“Undoubtedly,” the report reflects, “the global economy and in particular the European economy, which is the primary target market for FDI clients in Ireland, is in a low growth phase.” ICT, international financial services, digital media and business services are still seen as “strong” sources of investment.
Lack of investment outside greater Dublin and Cork, and an overdependence on American corporations, are two clear areas of weakness in FDI. Clustering helps innovation and economies of scale, but hinders the west, where emigration is most acute. Continuing departures, of whole families in some cases, damage the island’s image abroad and recall the hardest times in Irish economic history.
Enterprise Minister Richard Bruton described the FDI outturn as a “very significant achievement at a very difficult time in the employment market.”
The consumer price index rose by 2.6 per cent in 2011, after two consecutive years of deflation. When December 2011 is compared with December 2010, the largest percentage increases were:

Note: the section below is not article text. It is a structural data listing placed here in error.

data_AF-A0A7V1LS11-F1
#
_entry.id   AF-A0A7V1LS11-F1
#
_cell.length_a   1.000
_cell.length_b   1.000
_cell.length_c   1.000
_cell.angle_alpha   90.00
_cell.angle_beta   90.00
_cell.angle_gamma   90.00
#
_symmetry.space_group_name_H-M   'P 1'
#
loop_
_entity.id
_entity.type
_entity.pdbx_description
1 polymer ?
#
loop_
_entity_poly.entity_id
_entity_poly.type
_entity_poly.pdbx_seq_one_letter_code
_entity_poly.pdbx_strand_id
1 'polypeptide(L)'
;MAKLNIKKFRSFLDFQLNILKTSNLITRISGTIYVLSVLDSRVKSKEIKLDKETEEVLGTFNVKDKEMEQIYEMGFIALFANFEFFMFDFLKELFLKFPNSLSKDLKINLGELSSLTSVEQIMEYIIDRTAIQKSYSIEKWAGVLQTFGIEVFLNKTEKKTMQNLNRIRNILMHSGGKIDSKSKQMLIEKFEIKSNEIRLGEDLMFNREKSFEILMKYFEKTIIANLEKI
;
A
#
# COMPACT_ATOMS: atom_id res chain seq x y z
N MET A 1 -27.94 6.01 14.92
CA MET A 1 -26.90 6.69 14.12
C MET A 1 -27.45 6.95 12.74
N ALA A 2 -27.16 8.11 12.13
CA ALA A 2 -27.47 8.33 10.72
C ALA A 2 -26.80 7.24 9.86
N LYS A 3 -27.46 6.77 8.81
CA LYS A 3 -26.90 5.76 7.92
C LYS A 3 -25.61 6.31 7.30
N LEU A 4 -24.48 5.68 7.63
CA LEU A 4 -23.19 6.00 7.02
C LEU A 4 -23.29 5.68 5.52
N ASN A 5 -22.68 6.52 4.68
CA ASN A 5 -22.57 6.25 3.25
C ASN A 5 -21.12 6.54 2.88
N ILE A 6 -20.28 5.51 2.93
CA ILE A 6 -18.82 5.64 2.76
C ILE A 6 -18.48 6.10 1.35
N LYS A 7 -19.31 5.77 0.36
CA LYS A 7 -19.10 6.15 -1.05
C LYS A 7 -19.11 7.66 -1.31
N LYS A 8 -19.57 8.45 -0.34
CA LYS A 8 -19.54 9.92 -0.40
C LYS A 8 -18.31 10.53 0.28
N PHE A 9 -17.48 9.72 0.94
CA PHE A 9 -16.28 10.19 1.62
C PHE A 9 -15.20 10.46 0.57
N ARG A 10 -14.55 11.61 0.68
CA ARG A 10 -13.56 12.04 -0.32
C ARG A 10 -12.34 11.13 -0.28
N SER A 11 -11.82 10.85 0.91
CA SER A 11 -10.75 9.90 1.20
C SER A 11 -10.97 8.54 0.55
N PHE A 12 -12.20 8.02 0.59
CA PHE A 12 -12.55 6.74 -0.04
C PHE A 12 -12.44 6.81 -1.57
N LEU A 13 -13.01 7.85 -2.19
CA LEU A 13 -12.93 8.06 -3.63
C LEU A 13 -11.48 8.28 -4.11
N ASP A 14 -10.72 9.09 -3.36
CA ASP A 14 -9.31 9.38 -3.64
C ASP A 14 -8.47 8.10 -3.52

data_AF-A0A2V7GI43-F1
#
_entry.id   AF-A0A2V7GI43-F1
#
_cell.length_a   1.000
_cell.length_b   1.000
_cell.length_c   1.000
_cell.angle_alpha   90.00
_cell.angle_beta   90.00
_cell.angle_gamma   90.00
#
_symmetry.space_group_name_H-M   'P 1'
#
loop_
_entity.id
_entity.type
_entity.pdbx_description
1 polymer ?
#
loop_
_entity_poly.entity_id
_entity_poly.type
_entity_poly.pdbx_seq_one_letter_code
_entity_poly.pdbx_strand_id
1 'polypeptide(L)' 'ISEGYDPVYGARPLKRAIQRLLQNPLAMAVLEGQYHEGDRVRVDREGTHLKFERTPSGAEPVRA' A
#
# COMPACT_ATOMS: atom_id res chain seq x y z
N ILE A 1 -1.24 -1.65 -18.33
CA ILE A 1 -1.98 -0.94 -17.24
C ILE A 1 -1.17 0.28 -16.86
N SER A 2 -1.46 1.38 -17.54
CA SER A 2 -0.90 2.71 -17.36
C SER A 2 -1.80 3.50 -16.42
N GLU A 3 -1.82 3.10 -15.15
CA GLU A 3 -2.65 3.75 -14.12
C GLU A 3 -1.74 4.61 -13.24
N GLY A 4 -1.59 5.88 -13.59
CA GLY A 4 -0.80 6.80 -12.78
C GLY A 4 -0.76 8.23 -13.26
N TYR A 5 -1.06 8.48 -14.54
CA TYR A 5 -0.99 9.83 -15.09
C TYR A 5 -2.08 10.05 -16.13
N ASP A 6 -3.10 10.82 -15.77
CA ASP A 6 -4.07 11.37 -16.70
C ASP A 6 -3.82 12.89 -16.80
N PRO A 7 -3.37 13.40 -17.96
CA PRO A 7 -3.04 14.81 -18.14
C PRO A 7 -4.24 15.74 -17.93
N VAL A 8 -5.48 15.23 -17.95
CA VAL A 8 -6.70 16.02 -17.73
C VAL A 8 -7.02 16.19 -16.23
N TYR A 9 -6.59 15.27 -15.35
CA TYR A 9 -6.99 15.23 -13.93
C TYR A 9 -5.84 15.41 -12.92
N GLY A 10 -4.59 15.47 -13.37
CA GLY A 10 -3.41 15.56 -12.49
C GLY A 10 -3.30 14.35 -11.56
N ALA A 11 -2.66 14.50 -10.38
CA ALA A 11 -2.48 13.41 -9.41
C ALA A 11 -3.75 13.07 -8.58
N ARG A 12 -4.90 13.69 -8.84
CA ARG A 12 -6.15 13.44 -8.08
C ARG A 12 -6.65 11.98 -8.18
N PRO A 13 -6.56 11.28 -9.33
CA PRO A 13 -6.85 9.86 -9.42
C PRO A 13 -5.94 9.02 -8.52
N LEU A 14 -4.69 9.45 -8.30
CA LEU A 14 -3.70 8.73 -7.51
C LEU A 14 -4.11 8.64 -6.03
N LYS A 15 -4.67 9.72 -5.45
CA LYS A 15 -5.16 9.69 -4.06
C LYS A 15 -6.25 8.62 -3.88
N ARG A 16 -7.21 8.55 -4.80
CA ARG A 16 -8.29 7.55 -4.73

- education (+8.9);
- household costs (+8.4);
- miscellaneous goods and services (+5.5); and
- health (+2.6).
In the latest monthly trend (i.e. the change between November and December 2011), household costs were down 1.4 per cent due to lower mortgage interest payments. Clothing and footwear prices also decreased by 1.1 per cent, and transport costs were down 0.3 per cent due to price reductions for second-hand cars and petrol.
The number of new private cars licensed in December fell from 647 to 597 between 2010 and the same month last year (a 7.7 per cent decrease). However, the overall number of new cars in 2011 was up 2.4 per cent on 2010, increasing from 84,907 to 86,932. Year-on-year deceases were recorded in each of the last six months of 2011, due to the end of the scrappage incentive.
Domestic consumer demand remains slack. The retail sales value index figure for November 2011 was 88.2 (based on 100 in 2005).
Irish unemployment in December (14.5 per cent) remained the fifth highest in the EU, but below that of Latvia (14.8), Lithuania (15.3), Greece (19.2) and Spain (22.9). The euro zone rate was 10.4 per cent while the overall EU rate stood at 9.9 per cent.